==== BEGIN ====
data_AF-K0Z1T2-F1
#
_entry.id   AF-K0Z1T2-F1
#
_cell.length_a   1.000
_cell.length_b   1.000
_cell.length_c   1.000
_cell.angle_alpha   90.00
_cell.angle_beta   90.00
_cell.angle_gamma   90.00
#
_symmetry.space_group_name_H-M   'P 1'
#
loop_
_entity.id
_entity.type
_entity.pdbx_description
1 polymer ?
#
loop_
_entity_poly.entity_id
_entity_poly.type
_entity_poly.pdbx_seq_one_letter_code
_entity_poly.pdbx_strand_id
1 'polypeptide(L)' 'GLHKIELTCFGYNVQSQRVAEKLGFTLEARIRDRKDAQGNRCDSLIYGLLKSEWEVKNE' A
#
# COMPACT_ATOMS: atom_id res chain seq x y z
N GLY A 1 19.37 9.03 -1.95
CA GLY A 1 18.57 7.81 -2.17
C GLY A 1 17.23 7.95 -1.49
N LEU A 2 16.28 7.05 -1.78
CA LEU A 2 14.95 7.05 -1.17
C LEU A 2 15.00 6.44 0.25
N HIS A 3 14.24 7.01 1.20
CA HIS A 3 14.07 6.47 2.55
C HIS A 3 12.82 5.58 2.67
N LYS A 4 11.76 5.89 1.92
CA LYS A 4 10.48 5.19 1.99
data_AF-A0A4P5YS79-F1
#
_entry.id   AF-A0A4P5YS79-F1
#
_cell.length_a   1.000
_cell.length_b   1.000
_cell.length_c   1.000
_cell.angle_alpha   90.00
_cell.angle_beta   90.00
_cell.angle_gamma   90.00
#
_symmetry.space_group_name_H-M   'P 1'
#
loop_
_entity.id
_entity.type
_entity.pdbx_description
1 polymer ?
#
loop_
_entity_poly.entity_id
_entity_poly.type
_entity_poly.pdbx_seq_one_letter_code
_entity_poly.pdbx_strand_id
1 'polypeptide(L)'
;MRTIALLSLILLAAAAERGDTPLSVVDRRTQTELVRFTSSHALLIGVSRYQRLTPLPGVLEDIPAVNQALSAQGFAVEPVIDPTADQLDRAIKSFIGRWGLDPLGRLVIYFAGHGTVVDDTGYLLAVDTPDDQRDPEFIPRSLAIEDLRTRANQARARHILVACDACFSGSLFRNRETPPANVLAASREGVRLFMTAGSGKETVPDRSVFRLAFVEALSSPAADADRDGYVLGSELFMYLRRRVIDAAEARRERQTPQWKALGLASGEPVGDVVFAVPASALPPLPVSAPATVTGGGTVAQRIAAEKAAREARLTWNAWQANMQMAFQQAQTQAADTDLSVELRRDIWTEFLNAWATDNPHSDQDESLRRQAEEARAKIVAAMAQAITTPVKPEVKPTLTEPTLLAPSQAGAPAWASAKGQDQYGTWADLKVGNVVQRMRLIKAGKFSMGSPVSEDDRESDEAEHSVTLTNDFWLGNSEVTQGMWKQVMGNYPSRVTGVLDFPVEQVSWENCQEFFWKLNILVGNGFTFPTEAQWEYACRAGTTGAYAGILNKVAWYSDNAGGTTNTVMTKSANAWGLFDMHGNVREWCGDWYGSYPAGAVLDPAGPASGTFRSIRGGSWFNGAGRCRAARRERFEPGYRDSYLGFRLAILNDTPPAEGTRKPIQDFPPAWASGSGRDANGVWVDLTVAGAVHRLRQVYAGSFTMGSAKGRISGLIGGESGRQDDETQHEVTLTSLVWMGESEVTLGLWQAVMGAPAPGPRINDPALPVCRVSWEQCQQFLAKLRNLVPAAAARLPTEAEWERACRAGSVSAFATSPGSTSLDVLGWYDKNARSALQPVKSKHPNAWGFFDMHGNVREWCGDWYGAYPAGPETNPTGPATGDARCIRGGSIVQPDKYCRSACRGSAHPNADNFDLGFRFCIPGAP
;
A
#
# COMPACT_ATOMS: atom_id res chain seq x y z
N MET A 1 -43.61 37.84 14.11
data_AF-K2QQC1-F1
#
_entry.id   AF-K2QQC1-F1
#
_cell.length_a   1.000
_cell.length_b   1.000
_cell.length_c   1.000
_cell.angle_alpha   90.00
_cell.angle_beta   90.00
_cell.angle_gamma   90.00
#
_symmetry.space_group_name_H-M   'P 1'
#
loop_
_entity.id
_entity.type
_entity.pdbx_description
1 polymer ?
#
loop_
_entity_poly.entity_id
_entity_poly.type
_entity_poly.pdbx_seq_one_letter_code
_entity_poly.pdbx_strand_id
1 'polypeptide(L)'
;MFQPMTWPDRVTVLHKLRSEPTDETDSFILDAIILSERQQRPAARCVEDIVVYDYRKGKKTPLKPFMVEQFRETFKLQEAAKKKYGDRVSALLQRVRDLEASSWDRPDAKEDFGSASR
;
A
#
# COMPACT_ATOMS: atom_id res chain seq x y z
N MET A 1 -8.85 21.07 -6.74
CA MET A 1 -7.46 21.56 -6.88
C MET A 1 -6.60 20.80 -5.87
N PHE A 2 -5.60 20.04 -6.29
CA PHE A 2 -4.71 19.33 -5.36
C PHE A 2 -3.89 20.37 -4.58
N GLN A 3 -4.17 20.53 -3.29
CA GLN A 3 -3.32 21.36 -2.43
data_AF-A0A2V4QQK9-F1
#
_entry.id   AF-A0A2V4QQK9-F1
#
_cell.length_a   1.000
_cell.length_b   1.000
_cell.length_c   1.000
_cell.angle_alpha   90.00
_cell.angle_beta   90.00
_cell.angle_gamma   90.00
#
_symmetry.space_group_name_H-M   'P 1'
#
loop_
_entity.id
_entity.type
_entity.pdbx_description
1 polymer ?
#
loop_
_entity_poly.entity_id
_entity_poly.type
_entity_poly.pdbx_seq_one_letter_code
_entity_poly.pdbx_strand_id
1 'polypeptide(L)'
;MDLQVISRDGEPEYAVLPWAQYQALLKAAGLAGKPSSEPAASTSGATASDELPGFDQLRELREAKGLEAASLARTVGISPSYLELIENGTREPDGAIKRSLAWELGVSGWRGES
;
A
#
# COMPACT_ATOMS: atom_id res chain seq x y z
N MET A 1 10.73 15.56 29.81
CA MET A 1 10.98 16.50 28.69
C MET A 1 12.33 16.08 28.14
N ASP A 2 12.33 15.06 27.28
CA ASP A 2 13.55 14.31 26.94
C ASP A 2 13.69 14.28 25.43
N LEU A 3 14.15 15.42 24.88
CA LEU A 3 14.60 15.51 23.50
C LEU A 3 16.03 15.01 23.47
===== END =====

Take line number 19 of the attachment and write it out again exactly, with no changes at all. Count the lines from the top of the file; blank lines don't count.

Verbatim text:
#